What to eat before cycling
21 May 2016 - Anthony Laplagne
Eating properly is a great way to boost and maximise your performance on the bike.
Here at Europe Active – the adventure cycling holidays specialists – we are regularly out on our bikes, testing, checking or guiding the tours we offer in some of Europe’s best cycling destinations. And we know that consuming the right fuel makes all the difference to our bike rides. So we thought we’d share what we’ve learned about what to eat before cycling.
What to eat
Having the right fuel in your body, and then taking enough fuel on board later, will help you get the most from your cycle. The main fuel is carbohydrate. It is stored in your muscles and liver as glycogen. But, the body can only store so much at any one time. So taking on the right quantity and topping up your store of fuel is they key here.
It helps to plan out your ride. How long will it last and what intensity is it at? For instance, are you doing a commute to work, is it a weekend ride, or are you doing a longer ride than your normally would – perhaps spending all day on your bike as part of a bicycle holiday?
The night before
If it’s a big ride, or a high intensity burst, then the best diet for cyclists includes a high carb meal at night. Build in some protein into your meals at night too – it’s good for tissue maintenance and your immune system, so it helps the body recover from exercise. Good sources of protein are lean meats, fish, beans, pulses and low fat dairy products. And whilst we’re on the subject, if you can also remember to eat some ‘good fats’ this will also help with the reduction of inflammation too.
Examples of what to eat before cycling
Have a high carb breakfast around 2 hours before you set off.
A cyclist’s diet usually will include a good breakfast like porridge or a fruit smoothie with some banana in it. This kind of food is what is known as a ‘lower GI’ food and they give a slower release of energy. Although the amount of carbohydrate a person can take on board is very individual, it is best not to eat too big a portion because this can lead to peaks and troughs in energy.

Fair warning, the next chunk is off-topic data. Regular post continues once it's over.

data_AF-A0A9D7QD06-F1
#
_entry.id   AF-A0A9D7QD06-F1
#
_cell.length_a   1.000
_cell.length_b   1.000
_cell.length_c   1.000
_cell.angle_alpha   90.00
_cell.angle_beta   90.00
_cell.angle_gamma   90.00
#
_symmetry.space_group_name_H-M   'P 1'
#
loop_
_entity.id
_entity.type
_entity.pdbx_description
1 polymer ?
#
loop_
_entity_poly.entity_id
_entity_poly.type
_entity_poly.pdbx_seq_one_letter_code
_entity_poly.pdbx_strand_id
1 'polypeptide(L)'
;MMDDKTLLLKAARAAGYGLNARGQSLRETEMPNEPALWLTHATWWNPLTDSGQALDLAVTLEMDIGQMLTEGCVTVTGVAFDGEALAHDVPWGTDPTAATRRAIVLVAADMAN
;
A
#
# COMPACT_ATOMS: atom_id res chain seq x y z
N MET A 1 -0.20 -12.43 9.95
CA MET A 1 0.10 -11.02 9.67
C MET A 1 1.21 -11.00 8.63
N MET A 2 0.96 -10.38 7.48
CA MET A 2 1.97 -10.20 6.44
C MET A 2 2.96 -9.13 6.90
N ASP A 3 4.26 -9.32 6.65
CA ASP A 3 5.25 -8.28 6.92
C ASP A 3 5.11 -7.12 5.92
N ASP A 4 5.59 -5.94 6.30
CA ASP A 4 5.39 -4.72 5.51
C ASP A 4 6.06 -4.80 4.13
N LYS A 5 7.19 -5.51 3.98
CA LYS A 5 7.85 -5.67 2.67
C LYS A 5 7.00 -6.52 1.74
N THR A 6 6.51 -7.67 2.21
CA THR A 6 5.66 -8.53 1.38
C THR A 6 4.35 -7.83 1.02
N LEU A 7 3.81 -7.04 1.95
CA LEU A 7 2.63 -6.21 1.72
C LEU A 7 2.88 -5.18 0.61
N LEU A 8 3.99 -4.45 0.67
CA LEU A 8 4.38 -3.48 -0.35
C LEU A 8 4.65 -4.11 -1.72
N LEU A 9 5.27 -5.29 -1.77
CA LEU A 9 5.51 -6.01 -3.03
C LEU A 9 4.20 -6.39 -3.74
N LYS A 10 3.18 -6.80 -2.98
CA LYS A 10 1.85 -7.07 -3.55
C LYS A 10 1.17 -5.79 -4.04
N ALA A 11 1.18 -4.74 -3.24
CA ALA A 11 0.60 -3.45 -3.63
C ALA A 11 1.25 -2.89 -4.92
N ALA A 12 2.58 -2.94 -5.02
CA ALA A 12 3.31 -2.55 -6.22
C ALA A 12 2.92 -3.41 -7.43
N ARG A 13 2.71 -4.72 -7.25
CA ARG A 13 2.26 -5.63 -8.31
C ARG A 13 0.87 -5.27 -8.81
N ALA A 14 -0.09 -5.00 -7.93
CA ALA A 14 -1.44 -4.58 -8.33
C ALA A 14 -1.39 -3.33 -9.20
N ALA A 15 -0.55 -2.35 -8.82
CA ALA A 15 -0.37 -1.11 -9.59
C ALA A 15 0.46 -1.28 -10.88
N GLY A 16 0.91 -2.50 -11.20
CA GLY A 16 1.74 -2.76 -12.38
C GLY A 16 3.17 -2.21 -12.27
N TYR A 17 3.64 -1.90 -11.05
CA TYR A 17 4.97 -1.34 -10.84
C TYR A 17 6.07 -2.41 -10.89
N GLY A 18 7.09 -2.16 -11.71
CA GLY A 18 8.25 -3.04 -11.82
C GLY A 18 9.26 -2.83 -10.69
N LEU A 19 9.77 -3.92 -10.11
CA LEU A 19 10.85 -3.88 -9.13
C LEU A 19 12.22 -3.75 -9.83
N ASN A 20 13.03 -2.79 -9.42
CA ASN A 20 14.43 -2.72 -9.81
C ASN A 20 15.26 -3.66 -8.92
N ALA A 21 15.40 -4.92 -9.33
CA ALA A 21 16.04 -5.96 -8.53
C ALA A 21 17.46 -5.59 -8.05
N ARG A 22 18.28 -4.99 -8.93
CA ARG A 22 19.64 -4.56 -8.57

Top up once you are on the move
Once you are on the move, then it’s best to top up your fuel intake with higher GI foods like a cereal bar, banana, handful of jellied sweets etc. They release energy quickly so they are perfect foods to eat during a bike ride.
Remember to top up on fluid too – you will be expending energy and sweat as you peddle so you need to replace that too.
What not to eat
Any good guide on what to eat before cycling should include some guidance on what to avoid. We’ve found that it’s best to avoid things or foods you are not used to directly before a cycle. This has sometimes been a challenge for some of our guests when they’ve been presented with some amazing new foods in a new destination. But you can always try them on a rest day! You generally want to avoid any upsets when you are on the bike.
It’s also good to avoid too much caffeine, fat and alcohol before you set off too. And when you are on the move, avoid carbs with refined sugar as this impacts energy levels and recovery.
This general outline will help you build a plan of what to eat before cycling and perhaps what to avoid too. From here you can work out what best suits you and your body. The result will be a more enjoyable period on the bike with maximised performance – which is a great position to be in whether its on a weekend cycle or if you are on a longer ride on your cycling holiday.
And if you are thinking of heading of on your bicycle holidays, take a look at the Europe Active website at europe-active.co.uk It is chock full of all sorts of active holidays in Europe’s best cycling locations. There’s something for new riders to experienced cyclists, from mountain bikers to road cyclists. Check it out.
And whilst you are there, have a look at the Europe Active blog for a whole host of cycling information from thoughts about where to take your next cycling holiday through to what to pack and how to choose the right cycling shoes. Our blog is a cycling goldmine!